Grads must grasp need for non-technical know-how

Recent computer graduates enter the workforce with credentials which attest to their technical knowledge. Graduates of one- and two-year programs will have detailed knowledge of one or more specific technologies. University graduates will have a more thorough theoretical foundation, but may not have the same knowledge of specific technologies.

The new employee’s technical knowledge may be enough to win a first job, but it’s not enough to be productive on that job. At a minimum, the new employee must learn how things are to be done in the organization. What written, and unwritten, rules must be followed? The new employees must augment their technical knowledge with basic process knowledge.

Technical and process knowledge are two of the three kinds of knowledge which the IT professional must acquire. They will also need domain knowledge — what’s the nature of the business and what are the rules imposed on the organization. As the IT professional develops and advances, the mix of the three kinds of knowledge — technical, process and domain — changes.

By mid-career, most IT professionals will have acquired knowledge of one or more processes important to their work. Knowledge and understanding of project management is one of the more valued and valuable kinds of process knowledge. There are best practice standards to cover project management, and a variety of other process areas, such as quality, security, procurement and risk assessment.

In North America, the Project Management Institute’s PMBOK (project management body of knowledge) has been widely accepted as a best practice guide to project management (see The Institute of Electrical and Electronic Engineers ( has accepted the PMBOK as its best practice standard for project management.

The Project Management Institute awards the “Project Management Professional” designation to individuals who have demonstrated its required project management knowledge. Those who hold the PMP designation are not guaranteed to be good project managers, but they are guaranteed to have a demonstrated understanding of the PMBOK. Often, holding a PMP is the edge the IT professional needs in order to win a coveted project management assignment.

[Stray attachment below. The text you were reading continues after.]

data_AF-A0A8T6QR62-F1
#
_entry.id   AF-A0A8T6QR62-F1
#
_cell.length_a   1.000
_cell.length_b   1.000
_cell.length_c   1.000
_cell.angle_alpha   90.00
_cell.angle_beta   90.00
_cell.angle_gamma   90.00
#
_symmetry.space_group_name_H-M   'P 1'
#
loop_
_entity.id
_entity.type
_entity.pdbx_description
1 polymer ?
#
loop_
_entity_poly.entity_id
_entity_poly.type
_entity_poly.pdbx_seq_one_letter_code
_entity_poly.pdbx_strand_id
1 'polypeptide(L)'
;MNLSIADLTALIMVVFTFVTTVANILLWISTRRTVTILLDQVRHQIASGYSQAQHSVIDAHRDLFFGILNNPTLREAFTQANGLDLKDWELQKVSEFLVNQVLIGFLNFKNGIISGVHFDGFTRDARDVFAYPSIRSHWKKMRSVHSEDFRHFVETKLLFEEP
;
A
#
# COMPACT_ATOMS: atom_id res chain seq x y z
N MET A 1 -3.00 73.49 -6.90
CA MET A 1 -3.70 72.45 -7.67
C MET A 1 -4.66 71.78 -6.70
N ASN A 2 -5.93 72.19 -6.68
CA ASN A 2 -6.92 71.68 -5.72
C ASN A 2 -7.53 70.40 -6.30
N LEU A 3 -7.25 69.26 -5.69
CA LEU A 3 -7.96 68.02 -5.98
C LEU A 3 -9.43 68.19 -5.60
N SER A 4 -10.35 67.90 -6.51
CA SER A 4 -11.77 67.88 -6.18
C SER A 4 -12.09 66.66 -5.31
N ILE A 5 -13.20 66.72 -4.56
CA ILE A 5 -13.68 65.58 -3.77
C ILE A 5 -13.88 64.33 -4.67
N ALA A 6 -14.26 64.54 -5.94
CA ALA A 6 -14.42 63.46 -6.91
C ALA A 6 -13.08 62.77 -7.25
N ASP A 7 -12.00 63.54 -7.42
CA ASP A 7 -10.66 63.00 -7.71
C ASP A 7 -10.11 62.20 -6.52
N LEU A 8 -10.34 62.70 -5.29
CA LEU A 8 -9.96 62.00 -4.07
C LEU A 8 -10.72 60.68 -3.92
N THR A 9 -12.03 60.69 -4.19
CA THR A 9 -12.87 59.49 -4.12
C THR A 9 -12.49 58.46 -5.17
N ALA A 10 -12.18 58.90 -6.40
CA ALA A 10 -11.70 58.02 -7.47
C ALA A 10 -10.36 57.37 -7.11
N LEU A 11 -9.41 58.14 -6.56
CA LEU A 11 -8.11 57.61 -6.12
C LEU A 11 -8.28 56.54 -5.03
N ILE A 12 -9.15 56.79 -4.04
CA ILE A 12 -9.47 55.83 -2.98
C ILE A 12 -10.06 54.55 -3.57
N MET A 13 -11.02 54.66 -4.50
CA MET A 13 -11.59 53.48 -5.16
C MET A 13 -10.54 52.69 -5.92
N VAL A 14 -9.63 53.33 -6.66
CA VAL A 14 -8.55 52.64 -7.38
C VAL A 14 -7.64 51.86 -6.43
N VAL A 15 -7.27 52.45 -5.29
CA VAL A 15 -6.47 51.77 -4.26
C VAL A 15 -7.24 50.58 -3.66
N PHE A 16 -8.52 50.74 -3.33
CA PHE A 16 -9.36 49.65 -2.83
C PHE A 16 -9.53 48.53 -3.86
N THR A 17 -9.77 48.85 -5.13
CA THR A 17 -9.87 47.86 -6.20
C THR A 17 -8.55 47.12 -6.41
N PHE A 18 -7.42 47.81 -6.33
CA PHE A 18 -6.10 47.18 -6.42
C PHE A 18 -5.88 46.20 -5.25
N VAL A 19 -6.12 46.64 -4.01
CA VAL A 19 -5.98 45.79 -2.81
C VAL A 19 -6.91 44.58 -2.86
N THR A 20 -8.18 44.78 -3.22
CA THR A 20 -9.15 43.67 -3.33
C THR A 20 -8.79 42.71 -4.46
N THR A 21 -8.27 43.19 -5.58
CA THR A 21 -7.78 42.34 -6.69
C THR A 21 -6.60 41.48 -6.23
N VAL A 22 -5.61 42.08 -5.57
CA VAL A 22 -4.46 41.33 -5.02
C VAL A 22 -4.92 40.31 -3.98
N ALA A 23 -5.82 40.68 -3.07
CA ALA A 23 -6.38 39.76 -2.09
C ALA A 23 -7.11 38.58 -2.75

IT professionals were only a small fraction of the initial membership in the Project Management Institute. Today, those responsible for “corporate projects,” typically IT projects, are a solid majority. But the PMBOK is not the only game in town. PRINCE (Projects in a Controlled Environment) was introduced in 1989 by the UK government (see PRINCE focused specifically on IT project management. PRICE2, introduced in 1996, provides a more general project management methodology.

There are interesting differences between these two approaches. PMBOK is really a collection of project management best practices. It is applicable in a wide range of settings. PRINCE2 is a much more specific way of managing projects; it’s one particular best practice methodology. PRINCE2 would typically be adopted by an organization. And in such an organization, PRINCE2 certification can be important.

The danger with any best practice standard is that the process can become more important than the results. PMBOK and PRINCE2, in their different ways, help the project manager identify required processes. Following the correct process can become the primary project objective. One common danger is that project managers will automatically reject an incremental or evolutionary approach. That’s unfortunate because that is often the best way to approach IT projects.

The IT professional needs to understand the process knowledge that will be important to her or his career. It’s never advisable to slavishly follow any rigid practice standards, but it is important for project managers to be able to selectively apply the knowledge they find in the PMBOK or PRINCE2. Demonstrated process knowledge will be important for career advancement…plan your self-development with that in mind.

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— Fabian is a senior management and systems consultant in Toronto. He can be reached at [email protected]

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